For years, Atlanta Public Schools used traditional whiteboards and Promethean boards to lecture students. “It wasn’t interactive or engaging at all,” says Aleigha Henderson-Rosser, Executive Director Instructional Technology. “It was no different than projecting onto a chalkboard.”
APS was ready for a change. In 2015, they began their quest for an effective 21st century classroom. After an extensive search involving participants from both technology and instruction, APS selected Boxlight’s interactive classroom as the foundational learning platform for middle and high school classrooms district-wide.
The turnkey solution includes the purchase, installation, service, support, and professional development of interactive flat panels, document cameras, slates, sound systems, pendant mics, and simultaneous display systems—all integrated with award-winning MimioStudio™ interactive lesson creation software. APS has equipped over 600 classrooms so far, with another 130 to be installed over the summer.
“In working through the procurement process for the LED panels, it was obvious that this could not be a technology-centered initiative,” said Olufemi Aina, Executive Director of Information Technology. “We had to partner with our Instructional Technology team and educators around the district to make the best decision for our classrooms.”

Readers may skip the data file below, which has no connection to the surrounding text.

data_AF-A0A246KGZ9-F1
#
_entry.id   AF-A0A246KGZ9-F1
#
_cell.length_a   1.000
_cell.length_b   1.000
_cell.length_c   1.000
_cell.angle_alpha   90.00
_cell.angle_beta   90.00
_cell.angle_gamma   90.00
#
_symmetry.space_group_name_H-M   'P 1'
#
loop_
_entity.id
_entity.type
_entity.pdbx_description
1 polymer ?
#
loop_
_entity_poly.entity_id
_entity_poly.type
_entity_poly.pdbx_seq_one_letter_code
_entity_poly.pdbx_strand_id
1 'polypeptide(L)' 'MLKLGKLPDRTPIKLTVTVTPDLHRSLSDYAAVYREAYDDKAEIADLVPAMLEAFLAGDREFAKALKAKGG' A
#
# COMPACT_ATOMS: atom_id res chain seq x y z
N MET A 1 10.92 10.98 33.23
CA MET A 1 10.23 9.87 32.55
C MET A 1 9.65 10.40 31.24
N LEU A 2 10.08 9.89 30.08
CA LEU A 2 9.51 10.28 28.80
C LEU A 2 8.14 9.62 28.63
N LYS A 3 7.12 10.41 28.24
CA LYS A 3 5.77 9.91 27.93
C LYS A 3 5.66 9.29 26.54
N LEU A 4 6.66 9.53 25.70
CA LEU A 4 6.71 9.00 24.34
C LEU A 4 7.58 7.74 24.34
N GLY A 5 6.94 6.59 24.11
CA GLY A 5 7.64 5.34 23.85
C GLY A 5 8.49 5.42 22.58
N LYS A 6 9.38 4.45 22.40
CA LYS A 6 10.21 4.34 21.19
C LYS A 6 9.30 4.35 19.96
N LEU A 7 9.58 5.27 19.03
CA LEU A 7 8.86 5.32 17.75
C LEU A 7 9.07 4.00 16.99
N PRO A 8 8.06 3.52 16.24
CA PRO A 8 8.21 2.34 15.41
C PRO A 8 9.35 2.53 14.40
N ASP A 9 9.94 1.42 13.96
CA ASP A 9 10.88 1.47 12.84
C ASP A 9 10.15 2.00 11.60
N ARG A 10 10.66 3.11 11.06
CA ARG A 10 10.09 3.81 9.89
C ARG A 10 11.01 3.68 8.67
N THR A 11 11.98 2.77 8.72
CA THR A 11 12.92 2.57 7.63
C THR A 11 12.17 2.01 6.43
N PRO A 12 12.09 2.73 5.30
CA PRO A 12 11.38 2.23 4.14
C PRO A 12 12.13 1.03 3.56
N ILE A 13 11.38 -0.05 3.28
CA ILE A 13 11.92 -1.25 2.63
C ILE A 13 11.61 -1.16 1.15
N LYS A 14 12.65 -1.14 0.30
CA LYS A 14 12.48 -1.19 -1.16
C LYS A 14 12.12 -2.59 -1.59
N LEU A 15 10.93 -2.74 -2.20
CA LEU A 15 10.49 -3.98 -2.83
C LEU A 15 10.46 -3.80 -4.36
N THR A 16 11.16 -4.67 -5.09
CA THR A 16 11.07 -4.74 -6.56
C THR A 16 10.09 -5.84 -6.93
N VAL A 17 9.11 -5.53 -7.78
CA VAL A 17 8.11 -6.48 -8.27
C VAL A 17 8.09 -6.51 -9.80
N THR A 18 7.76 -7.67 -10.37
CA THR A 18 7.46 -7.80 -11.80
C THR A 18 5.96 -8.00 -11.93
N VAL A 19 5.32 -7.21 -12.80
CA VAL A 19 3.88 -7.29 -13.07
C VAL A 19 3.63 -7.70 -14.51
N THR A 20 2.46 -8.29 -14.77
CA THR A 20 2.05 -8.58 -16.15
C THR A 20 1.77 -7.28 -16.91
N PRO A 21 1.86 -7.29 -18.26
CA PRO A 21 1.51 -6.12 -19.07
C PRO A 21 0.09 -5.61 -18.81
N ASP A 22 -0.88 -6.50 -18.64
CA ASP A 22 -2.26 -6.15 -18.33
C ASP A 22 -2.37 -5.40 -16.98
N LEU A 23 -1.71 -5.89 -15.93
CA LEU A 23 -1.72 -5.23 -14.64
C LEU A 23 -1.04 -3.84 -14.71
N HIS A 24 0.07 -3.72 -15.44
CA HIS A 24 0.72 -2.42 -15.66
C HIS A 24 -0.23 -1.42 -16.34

Keys to APS’s Success
Providing a common learning platform for teachers that supports the four Cs: critical thinking, creativity, communication, and collaboration. “The district has made the four Cs part of our culture and our language,” added Henderson-Rosser. “We’ve started integrating it into everything we do, and it is elevating how teaching and learning is happening in our classrooms—and we are readily able to do that with Boxlight as our technology partner.”
With close collaboration and true partnership between instruction and technology, APS created a new paradigm with the 21st century project. Instruction has to lead technology, but there also must be buy-in from both teams. Teachers not only need to have the equipment, they need to know how to use it effectively for instruction. Onsite professional development is a critical component to transforming our learning environments.
“There’s a huge difference,” concluded Henderson-Rosser. “The content is much richer and interactive. Students are highly engaged. Transformation in teaching and learning is happening in real time.”